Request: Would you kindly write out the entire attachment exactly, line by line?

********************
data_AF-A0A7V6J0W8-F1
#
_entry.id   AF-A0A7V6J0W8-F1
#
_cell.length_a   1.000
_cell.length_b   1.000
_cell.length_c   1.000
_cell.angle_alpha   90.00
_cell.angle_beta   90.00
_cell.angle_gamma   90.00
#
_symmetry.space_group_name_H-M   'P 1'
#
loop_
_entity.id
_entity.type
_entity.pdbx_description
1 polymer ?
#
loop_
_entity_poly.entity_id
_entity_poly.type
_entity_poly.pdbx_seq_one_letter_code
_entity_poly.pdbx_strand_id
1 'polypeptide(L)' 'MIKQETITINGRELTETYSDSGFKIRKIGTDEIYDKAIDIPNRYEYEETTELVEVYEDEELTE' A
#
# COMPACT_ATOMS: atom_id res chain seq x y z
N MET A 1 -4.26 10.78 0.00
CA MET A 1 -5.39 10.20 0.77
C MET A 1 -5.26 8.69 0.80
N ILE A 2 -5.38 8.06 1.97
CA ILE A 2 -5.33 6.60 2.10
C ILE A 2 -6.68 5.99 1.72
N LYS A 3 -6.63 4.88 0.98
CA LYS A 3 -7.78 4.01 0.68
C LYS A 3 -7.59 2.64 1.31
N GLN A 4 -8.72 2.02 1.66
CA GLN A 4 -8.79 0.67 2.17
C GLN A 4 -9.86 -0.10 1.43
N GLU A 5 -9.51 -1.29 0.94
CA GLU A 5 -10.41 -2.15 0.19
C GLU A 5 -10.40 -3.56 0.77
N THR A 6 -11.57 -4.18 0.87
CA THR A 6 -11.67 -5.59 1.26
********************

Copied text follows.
data_AF-A0A7V6J0W8-F1
#
_entry.id   AF-A0A7V6J0W8-F1
#
_cell.length_a   1.000
_cell.length_b   1.000
_cell.length_c   1.000
_cell.angle_alpha   90.00
_cell.angle_beta   90.00
_cell.angle_gamma   90.00
#
_symmetry.space_group_name_H-M   'P 1'
#
loop_
_entity.id
_entity.type
_entity.pdbx_description
1 polymer ?
#
loop_
_entity_poly.entity_id
_entity_poly.type
_entity_poly.pdbx_seq_one_letter_code
_entity_poly.pdbx_strand_id
1 'polypeptide(L)' 'MIKQETITINGRELTETYSDSGFKIRKIGTDEIYDKAIDIPNRYEYEETTELVEVYEDEELTE' A
#
# COMPACT_ATOMS: atom_id res chain seq x y z
N MET A 1 -4.26 10.78 0.00
CA MET A 1 -5.39 10.20 0.77
C MET A 1 -5.26 8.69 0.80
N ILE A 2 -5.38 8.06 1.97
CA ILE A 2 -5.33 6.60 2.10
C ILE A 2 -6.68 5.99 1.72
N LYS A 3 -6.63 4.88 0.98
CA LYS A 3 -7.78 4.01 0.68
C LYS A 3 -7.59 2.64 1.31
N GLN A 4 -8.72 2.02 1.66
CA GLN A 4 -8.79 0.67 2.17
C GLN A 4 -9.86 -0.10 1.43
N GLU A 5 -9.51 -1.29 0.94
CA GLU A 5 -10.41 -2.15 0.19
C GLU A 5 -10.40 -3.56 0.77
N THR A 6 -11.57 -4.18 0.87
CA THR A 6 -11.67 -5.59 1.26